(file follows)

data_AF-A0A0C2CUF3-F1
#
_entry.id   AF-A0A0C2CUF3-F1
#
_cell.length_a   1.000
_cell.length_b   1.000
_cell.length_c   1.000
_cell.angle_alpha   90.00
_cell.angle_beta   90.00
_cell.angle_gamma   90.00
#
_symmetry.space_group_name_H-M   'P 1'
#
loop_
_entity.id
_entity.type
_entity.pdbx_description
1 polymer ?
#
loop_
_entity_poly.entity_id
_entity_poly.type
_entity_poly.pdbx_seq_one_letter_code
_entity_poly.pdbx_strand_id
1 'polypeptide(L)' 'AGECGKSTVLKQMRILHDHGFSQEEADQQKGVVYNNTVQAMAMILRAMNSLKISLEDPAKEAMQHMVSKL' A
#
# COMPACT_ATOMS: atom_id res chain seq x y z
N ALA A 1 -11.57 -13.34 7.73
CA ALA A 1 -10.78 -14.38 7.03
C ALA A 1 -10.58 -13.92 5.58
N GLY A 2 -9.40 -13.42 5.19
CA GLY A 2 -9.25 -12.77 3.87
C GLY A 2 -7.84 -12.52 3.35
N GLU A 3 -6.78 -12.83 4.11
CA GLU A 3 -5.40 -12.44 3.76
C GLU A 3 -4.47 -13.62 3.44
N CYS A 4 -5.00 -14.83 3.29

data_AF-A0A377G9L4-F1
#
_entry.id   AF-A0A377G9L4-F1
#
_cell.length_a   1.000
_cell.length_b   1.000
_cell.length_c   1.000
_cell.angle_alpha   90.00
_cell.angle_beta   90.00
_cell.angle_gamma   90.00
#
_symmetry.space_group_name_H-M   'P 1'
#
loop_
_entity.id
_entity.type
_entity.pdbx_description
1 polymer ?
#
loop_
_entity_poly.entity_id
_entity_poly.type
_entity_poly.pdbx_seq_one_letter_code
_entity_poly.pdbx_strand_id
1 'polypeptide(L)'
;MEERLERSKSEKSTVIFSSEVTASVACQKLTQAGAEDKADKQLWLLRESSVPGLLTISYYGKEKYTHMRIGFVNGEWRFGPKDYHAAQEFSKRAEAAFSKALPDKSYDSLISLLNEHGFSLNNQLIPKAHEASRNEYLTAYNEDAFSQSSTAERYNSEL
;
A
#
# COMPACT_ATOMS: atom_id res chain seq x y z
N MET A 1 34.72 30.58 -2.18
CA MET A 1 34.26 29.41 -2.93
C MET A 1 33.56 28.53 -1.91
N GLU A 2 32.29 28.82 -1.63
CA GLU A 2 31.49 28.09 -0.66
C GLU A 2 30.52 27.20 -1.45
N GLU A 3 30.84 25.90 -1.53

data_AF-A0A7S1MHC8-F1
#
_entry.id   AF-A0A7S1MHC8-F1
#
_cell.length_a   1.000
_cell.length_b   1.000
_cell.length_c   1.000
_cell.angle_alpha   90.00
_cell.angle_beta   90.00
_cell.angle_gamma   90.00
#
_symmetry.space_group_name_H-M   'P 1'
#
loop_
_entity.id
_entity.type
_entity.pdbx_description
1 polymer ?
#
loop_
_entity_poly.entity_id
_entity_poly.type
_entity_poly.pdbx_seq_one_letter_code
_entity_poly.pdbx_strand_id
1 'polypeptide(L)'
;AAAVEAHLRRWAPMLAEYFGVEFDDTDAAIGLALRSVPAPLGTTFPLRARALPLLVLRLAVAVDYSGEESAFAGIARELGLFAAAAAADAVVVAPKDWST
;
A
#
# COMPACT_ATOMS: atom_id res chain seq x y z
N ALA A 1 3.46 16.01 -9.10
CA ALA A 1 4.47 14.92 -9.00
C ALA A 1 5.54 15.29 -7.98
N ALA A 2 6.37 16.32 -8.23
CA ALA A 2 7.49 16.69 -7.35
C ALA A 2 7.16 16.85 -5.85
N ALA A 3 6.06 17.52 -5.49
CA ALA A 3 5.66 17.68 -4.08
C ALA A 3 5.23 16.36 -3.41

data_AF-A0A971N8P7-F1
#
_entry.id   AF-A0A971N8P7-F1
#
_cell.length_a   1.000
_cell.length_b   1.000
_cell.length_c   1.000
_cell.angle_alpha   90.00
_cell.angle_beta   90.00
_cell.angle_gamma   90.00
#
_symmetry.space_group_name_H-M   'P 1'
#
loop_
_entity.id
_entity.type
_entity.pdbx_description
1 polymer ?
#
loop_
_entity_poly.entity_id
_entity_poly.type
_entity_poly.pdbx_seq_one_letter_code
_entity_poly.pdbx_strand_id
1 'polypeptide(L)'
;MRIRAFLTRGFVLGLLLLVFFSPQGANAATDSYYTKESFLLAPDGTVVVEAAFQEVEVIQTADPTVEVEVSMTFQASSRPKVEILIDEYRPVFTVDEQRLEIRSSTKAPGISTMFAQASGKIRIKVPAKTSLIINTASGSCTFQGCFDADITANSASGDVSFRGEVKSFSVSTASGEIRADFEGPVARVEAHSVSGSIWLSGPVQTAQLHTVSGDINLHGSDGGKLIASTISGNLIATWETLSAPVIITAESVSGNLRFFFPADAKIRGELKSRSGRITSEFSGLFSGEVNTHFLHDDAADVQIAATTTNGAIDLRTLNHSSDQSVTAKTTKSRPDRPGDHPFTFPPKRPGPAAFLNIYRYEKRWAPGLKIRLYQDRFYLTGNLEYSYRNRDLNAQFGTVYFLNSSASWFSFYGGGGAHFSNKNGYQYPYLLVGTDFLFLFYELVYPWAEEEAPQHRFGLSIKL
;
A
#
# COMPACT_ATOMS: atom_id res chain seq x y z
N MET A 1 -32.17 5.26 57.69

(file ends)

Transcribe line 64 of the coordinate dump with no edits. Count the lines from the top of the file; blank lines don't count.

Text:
;